A long-time hospital payment rates official at the Minnesota Dept. of
Human Services filed a whistleblower lawsuit (case file No.
62-CV-14-1624) against his employer today. The complaint alleges that
DHS upper management have conducted a "brutal" internal campaign of
retaliation against him, among other things, for refusing to exempt the
Fairview University Medical Center (FUMC) Amplatz children's unit from a
state-mandated reduction in Medical Assistance (MA) payments.
Representing Olson is the Minneapolis law firm of Halunen & Associates -
a firm known for its successful litigation on behalf of whistleblower
clients. The lawsuit, filed in Ramsey County District Court in St. Paul,
Minn., seeks damages in excess of $50,000 to compensate Olson for career
losses and psychological distress. Olson is asking for a jury trial. A
copy of the complaint can be accessed here: http://1drv.ms/1hzTEOP.
"Paul Olson was just doing his job for the state of Minnesota by
refusing to approve an obviously illegal financial arrangement for
Fairview's Amplatz children's unit," says Clayton Halunen, an attorney
with Halunen & Associates. "His superiors, for whatever reason, did not
want to let Olson do his job. Instead, they found someone else they
could bully into doing what they wanted and then dmoted Olson to a
demeaning position. But Olson didn't just fade away into bureaucratic
limbo. He continued to fight for what he believed was the right thing to
do, and now he'll have his day in court to prove it."
Olson alleges that top officials at the DHS, including Scott Leitz,
assistant commissioner of the DHS Health Care Administration, demanded
that he exempt FUMC's Amplatz children's unit from the state
legislature's mandated 10 percent reduction in MA payments beginning in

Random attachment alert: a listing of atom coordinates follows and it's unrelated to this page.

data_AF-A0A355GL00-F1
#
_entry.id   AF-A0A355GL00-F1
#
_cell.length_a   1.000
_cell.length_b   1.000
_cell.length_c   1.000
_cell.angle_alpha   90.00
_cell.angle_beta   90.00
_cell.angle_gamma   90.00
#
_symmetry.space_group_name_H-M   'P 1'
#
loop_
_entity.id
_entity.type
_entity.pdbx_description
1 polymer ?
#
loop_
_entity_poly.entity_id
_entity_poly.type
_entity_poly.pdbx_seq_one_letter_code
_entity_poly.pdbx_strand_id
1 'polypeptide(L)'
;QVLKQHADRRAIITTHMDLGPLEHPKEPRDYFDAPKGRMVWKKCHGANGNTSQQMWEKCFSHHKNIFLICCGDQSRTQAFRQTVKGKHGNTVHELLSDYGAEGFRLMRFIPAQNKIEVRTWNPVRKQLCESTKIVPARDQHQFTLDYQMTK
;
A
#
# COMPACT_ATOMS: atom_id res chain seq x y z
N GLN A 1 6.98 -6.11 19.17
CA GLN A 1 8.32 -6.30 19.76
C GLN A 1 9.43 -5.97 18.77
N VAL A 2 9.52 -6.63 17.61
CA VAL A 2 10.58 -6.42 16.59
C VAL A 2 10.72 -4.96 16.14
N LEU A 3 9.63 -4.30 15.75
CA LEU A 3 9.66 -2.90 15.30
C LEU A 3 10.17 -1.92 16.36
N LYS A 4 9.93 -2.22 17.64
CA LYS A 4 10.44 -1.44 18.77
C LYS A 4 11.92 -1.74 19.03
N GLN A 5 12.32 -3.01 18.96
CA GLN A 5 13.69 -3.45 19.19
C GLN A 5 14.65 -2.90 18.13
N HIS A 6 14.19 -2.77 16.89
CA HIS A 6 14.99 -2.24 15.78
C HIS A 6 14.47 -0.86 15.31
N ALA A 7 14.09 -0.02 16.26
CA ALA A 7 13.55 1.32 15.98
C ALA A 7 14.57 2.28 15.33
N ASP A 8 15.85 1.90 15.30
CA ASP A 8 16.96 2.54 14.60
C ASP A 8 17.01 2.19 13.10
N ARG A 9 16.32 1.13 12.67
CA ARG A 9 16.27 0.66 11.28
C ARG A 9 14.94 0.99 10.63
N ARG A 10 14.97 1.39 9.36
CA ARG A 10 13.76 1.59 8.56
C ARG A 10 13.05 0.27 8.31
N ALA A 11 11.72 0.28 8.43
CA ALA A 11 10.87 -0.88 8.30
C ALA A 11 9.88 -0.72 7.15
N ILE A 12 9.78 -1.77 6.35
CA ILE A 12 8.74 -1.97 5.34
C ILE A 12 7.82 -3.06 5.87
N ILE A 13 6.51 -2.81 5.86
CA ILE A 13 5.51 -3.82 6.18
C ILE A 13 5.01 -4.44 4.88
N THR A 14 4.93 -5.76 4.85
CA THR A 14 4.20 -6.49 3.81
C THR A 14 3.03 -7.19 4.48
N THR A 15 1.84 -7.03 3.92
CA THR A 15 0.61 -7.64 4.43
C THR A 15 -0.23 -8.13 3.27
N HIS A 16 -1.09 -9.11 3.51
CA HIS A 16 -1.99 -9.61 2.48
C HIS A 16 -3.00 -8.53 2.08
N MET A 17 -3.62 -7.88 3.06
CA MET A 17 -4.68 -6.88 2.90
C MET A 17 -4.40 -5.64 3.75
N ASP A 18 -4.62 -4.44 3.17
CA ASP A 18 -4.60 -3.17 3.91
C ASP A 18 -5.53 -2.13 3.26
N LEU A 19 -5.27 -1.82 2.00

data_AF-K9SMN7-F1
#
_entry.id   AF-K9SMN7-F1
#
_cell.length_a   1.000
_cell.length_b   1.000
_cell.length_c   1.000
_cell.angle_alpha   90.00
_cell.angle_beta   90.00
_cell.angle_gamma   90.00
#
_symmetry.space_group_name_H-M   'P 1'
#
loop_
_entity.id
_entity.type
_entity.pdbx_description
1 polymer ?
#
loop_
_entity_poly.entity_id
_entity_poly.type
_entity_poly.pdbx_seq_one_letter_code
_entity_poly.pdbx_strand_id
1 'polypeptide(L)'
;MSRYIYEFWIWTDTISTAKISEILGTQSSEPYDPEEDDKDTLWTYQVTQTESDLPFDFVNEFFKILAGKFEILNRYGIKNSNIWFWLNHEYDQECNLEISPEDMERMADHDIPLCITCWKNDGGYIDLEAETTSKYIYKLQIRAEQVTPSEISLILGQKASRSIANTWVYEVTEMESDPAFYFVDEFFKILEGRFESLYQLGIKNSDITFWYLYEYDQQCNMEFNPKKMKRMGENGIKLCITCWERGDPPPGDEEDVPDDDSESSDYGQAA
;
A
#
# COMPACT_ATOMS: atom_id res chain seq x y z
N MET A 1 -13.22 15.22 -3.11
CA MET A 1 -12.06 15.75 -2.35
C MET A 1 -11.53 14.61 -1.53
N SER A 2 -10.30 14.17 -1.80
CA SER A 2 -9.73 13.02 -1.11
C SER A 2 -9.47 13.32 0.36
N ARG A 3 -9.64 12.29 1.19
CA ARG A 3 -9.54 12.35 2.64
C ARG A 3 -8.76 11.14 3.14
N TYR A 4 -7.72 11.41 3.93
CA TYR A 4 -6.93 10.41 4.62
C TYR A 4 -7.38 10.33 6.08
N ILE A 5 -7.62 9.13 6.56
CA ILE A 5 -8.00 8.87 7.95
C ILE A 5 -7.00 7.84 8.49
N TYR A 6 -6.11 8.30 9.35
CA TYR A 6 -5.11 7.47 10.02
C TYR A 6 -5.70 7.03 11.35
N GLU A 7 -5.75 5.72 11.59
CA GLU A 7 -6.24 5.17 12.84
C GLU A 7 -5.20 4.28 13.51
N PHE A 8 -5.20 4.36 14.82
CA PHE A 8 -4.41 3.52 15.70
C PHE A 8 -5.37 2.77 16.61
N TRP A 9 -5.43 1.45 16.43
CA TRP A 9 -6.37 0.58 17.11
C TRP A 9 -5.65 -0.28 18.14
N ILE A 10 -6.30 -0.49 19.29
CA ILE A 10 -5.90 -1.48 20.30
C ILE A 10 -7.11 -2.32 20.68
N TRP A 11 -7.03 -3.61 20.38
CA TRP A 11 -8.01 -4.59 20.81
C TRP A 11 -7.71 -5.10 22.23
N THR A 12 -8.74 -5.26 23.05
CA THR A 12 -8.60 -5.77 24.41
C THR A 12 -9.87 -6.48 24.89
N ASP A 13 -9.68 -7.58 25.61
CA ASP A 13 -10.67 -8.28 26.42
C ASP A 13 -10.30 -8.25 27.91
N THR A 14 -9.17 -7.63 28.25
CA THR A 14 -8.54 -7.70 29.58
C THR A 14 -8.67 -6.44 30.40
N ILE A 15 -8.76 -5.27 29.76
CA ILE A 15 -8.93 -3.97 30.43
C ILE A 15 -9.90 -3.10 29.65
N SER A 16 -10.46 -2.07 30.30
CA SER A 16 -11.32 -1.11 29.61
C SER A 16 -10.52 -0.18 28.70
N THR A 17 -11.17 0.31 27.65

late 2011. Olson refused, stating that the exemption only applied to
institutions like Gillette Children's Hospital and would be illegal if
granted to FUMC. In late 2012, DHS officials bypassed Olson and ordered
another employee to implement the exemption, including a plan to
retroactively reimburse the hospital for "under-payments" during the
time that Olson withheld his consent for the preferential exclusion.
In February 2013, Olson was relieved of his rates management position
and reassigned to the post of "special projects." Olson - still employed
at DHS albeit in a much-reduced position, and now excluded from any
meaningful work in his areas of expertise - continued to challenge what
he observed to be illegal conduct, including the exemption granted to
FUMC. DHS finally launched an internal audit that concluded that the
exemption given to FUMC was contrary to what the state legislature
mandated, and therefore illegal. FUMC had already received $500,000 in
Medical Assistance payments that it was not entitled to by the time of
the investigation's conclusion. State and federal taxpayers could
potentially have overpaid FUMC by more than $11 million over a four-year
period ending in 2015 if the exemption had gone unchallenged, according
to DHS findings.
Besides Leitz, other DHS officials named in the lawsuit as having a role
in the effort to silence Olson are James Golden, deputy assistant
commissioner to Leitz, and Mark Hudson, division director of DHS's
Purchasing & Services Division.
About Halunen & Associates
With offices in Minneapolis and Chicago, the law firm of Halunen &
Associates offers experienced legal representation to protect
whistleblowers that have experienced retaliation or are planning to blow
the whistle. They also offer experienced legal representation to
individuals who are blowing the whistle on government fraud under the
False Claims Act and other statutes. Most recently, Halunen & Associates
was retained by ex-Minnesota Vikings football player Chris Kluwe for
legal counsel for the Vikings' investigation into Kluwe's claim that a
coach used homophobic slurs during team meetings. For more information
on Halunen & Associates, visit the firm's website at http://whistleblower.halunenlaw.com/.
[ Back To NFVZone's Homepage ]